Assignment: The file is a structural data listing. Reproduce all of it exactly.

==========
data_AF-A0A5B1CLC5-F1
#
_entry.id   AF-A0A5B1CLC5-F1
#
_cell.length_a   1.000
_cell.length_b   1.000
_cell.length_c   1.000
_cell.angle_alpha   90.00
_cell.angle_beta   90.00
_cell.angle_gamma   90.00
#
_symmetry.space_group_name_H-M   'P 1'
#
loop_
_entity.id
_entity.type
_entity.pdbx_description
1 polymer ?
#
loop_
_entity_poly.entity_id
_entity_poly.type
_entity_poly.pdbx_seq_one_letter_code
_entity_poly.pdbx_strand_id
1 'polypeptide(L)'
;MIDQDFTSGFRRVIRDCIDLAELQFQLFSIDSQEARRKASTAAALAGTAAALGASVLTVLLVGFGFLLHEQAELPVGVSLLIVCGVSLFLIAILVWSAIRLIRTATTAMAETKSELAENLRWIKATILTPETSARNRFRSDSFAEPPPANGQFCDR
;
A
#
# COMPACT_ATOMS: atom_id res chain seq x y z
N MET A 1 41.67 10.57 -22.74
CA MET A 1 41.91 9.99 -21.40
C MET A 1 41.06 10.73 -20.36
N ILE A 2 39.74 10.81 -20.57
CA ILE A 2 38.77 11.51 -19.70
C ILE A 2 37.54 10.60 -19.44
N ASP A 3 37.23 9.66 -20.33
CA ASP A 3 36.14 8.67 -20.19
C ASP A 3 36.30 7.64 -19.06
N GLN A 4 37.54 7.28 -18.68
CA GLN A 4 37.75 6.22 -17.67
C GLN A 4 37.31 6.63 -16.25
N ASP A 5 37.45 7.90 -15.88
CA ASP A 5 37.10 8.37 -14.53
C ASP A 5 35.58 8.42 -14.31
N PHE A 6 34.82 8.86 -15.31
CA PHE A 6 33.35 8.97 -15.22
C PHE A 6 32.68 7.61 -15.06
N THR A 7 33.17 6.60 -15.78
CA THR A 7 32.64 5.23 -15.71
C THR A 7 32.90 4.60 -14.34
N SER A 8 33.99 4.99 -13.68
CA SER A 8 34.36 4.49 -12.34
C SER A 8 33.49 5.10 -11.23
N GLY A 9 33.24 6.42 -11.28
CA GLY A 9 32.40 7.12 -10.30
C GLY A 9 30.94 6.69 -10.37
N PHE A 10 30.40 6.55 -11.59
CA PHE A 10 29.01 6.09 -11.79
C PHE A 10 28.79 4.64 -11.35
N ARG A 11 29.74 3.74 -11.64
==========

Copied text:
data_AF-A0A5B1CLC5-F1
#
_entry.id   AF-A0A5B1CLC5-F1
#
_cell.length_a   1.000
_cell.length_b   1.000
_cell.length_c   1.000
_cell.angle_alpha   90.00
_cell.angle_beta   90.00
_cell.angle_gamma   90.00
#
_symmetry.space_group_name_H-M   'P 1'
#
loop_
_entity.id
_entity.type
_entity.pdbx_description
1 polymer ?
#
loop_
_entity_poly.entity_id
_entity_poly.type
_entity_poly.pdbx_seq_one_letter_code
_entity_poly.pdbx_strand_id
1 'polypeptide(L)'
;MIDQDFTSGFRRVIRDCIDLAELQFQLFSIDSQEARRKASTAAALAGTAAALGASVLTVLLVGFGFLLHEQAELPVGVSLLIVCGVSLFLIAILVWSAIRLIRTATTAMAETKSELAENLRWIKATILTPETSARNRFRSDSFAEPPPANGQFCDR
;
A
#
# COMPACT_ATOMS: atom_id res chain seq x y z
N MET A 1 41.67 10.57 -22.74
CA MET A 1 41.91 9.99 -21.40
C MET A 1 41.06 10.73 -20.36
N ILE A 2 39.74 10.81 -20.57
CA ILE A 2 38.77 11.51 -19.70
C ILE A 2 37.54 10.60 -19.44
N ASP A 3 37.23 9.66 -20.33
CA ASP A 3 36.14 8.67 -20.19
C ASP A 3 36.30 7.64 -19.06
N GLN A 4 37.54 7.28 -18.68
CA GLN A 4 37.75 6.22 -17.67
C GLN A 4 37.31 6.63 -16.25
N ASP A 5 37.45 7.90 -15.88
CA ASP A 5 37.10 8.37 -14.53
C ASP A 5 35.58 8.42 -14.31
N PHE A 6 34.82 8.86 -15.31
CA PHE A 6 33.35 8.97 -15.22
C PHE A 6 32.68 7.61 -15.06
N THR A 7 33.17 6.60 -15.78
CA THR A 7 32.64 5.23 -15.71
C THR A 7 32.90 4.60 -14.34
N SER A 8 33.99 4.99 -13.68
CA SER A 8 34.36 4.49 -12.34
C SER A 8 33.49 5.10 -11.23
N GLY A 9 33.24 6.42 -11.28
CA GLY A 9 32.40 7.12 -10.30
C GLY A 9 30.94 6.69 -10.37
N PHE A 10 30.40 6.55 -11.59
CA PHE A 10 29.01 6.09 -11.79
C PHE A 10 28.79 4.64 -11.35
N ARG A 11 29.74 3.74 -11.64